Youtube as Bulletin Board for Student Work

As regular readers have seen, I uploaded a couple of student projects (and here) to youtube this week. I tweeted about them so each video had some views on them. The next day I told my class that I had a youtube video to share with them that I “found” yesterday. They were quickly excited when they realized it was from our classroom.

Their questions were for the URL address, how many views it had, and how do you make and upload a video to youtube. It was fun that I could show them that it already had 15 views and explained how I used twitter to share it. So I have thought a bit more about the power of this simple act on my classroom.

Traditionally teachers hang “excellent” student work on their bulletin board or on the hallway walls. We try to honor their work by sharing it with others in our buildings and parents when they come to conferences. Of course many of us are now using many forms of technology to showcase student work to the world including blogs, wikis, and hundreds of specialized sites such as voicethread..

But I really think youtube is in a special class of limited platforms (I would include Facebook, Bebo, and MySpace too). Youtube is “cool” to students. It is not some educational platform (which I am afraid is how students see blogs sometimes), but a cultural platform that people love to go to from around the world. Students want to put themselves on youtube.

I beleive I have just greatly increased the motivation in my class. I have to admit that I was a bit disappointed that I only had one group take the Lego robot project to the next level and create their own program that performed a unique task. But I can almost guarantee when I show that video to my next class that they will be motivated to create something. I am sure students will start to ask me if they can put their projects on youtube and I will then challenge them by saying “If it is good enough, sure.”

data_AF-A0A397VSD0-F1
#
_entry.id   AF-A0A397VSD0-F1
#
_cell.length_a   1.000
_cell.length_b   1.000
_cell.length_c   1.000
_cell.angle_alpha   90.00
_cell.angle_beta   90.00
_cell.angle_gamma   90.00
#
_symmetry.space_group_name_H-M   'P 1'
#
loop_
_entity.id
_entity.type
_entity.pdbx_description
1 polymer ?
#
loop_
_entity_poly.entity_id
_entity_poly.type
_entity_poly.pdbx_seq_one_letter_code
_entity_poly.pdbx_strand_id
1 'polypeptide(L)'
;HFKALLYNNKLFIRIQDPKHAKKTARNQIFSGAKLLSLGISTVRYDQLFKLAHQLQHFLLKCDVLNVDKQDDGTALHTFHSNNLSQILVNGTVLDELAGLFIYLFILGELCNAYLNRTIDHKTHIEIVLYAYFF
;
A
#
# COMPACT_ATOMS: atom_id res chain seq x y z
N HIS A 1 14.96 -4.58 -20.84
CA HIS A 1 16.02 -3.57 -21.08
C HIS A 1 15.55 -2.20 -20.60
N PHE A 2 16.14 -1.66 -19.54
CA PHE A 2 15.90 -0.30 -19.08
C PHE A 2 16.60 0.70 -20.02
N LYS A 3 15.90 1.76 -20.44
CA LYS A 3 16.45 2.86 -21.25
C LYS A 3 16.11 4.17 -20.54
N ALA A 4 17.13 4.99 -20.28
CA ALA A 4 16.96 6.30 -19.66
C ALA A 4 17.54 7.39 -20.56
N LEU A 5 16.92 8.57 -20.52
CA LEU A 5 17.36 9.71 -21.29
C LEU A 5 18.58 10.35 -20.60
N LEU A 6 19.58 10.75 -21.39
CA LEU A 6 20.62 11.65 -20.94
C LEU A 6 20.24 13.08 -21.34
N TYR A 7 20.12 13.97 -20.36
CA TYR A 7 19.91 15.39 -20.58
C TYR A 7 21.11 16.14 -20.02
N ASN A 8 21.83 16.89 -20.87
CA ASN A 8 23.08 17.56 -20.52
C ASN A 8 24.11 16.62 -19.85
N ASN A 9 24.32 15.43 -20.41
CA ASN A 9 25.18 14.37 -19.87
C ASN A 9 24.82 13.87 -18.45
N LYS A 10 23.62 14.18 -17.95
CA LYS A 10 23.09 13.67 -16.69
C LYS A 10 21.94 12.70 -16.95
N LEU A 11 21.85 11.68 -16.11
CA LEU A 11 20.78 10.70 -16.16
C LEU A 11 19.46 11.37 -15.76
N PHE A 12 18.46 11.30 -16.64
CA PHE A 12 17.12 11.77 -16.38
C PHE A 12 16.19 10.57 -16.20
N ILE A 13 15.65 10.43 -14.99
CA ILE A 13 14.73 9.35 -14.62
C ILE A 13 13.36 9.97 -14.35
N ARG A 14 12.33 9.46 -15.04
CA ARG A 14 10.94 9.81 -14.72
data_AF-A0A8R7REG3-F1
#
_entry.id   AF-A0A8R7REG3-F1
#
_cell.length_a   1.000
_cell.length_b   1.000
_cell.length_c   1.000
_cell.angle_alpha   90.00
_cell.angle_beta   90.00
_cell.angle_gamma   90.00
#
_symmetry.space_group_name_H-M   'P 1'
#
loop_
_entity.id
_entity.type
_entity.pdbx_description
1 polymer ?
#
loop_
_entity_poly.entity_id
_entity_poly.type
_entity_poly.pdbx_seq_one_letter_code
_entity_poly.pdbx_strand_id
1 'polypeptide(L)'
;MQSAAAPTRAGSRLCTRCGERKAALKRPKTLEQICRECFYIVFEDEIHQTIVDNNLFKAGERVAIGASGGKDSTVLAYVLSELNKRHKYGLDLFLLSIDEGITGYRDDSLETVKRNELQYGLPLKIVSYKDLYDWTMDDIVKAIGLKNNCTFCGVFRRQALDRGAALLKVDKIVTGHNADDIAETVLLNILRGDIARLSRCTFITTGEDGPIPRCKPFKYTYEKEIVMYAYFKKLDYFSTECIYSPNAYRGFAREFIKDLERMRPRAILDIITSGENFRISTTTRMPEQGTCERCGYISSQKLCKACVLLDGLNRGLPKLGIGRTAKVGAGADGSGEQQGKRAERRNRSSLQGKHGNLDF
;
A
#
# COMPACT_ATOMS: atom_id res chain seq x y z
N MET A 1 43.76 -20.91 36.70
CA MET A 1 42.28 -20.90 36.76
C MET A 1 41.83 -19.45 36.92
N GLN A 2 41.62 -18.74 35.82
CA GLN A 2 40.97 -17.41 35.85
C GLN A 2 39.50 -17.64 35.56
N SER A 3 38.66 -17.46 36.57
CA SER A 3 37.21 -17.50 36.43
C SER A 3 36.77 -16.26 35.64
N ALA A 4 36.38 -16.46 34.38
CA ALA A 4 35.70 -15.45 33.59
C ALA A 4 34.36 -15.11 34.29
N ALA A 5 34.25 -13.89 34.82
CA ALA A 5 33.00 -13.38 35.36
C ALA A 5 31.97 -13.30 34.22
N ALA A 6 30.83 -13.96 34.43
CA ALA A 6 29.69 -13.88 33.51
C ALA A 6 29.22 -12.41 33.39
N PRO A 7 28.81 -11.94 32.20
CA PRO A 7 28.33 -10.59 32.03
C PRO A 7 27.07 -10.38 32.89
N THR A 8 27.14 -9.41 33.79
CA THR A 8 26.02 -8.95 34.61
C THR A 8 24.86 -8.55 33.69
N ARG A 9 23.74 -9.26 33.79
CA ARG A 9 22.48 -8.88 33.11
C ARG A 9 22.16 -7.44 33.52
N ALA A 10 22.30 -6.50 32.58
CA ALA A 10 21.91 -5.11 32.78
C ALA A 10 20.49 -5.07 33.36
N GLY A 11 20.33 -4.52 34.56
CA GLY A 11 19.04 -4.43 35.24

The irony in all this is that only I can access the youtube videos at school because the filter blocks it for students. On the other hand it creates a reason for students to go to our class blog at home and show it to their parents.

I don’t think as teachers we should ever underestimate the motivating power of showing off student work to as many people around the world as possible!

3 thoughts on “Youtube as Bulletin Board for Student Work

  1. Dominique

    I totally agree. I could not convince my students to like Voicethread but they do love youtube!
    I will go on trying though for a teacher of English as second language it is essential to find an alternative to our three hours English a week and that’s it. My blog is different though I use it as a back up for the lesson of the day. I will evolve to a more convivial one involving more pupils I will start as soon as we get back to school on Thursday. We are on holiday right now 😉

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  2. Divine

    Using different mediums as an educational tool is starting to be really helpful. And I agree that with the right uses, especially of types such as Youtube, may be helpful. There are resources on the internet about writing courses that offer program that evolves kids writing, creatively and again it is a virtual course. Revolutionizing and using technology to teach and spread information is such an attractive of learning. Keep up the post because I am learning from it too.

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  3. Profe Springer

    I like the idea of publishing students work to larger audiences as both a motivating tool and as a way to inspire creative expression of the topics that the students are learning. In my blog, I asked several questions about how to evaluate “creativity” in school. Perhaps the best way to encourage and develop creativity is to put the kids work out there with work from others around the world. I can correct grammar and fluidity of arguments, but the rewards given to them by having folks comment on their work on the internet might be the best way for them to evaluate their own creativity. Thoughts? Feel free to join the conversation on my blog as well. http://profespringer.wordpress.com

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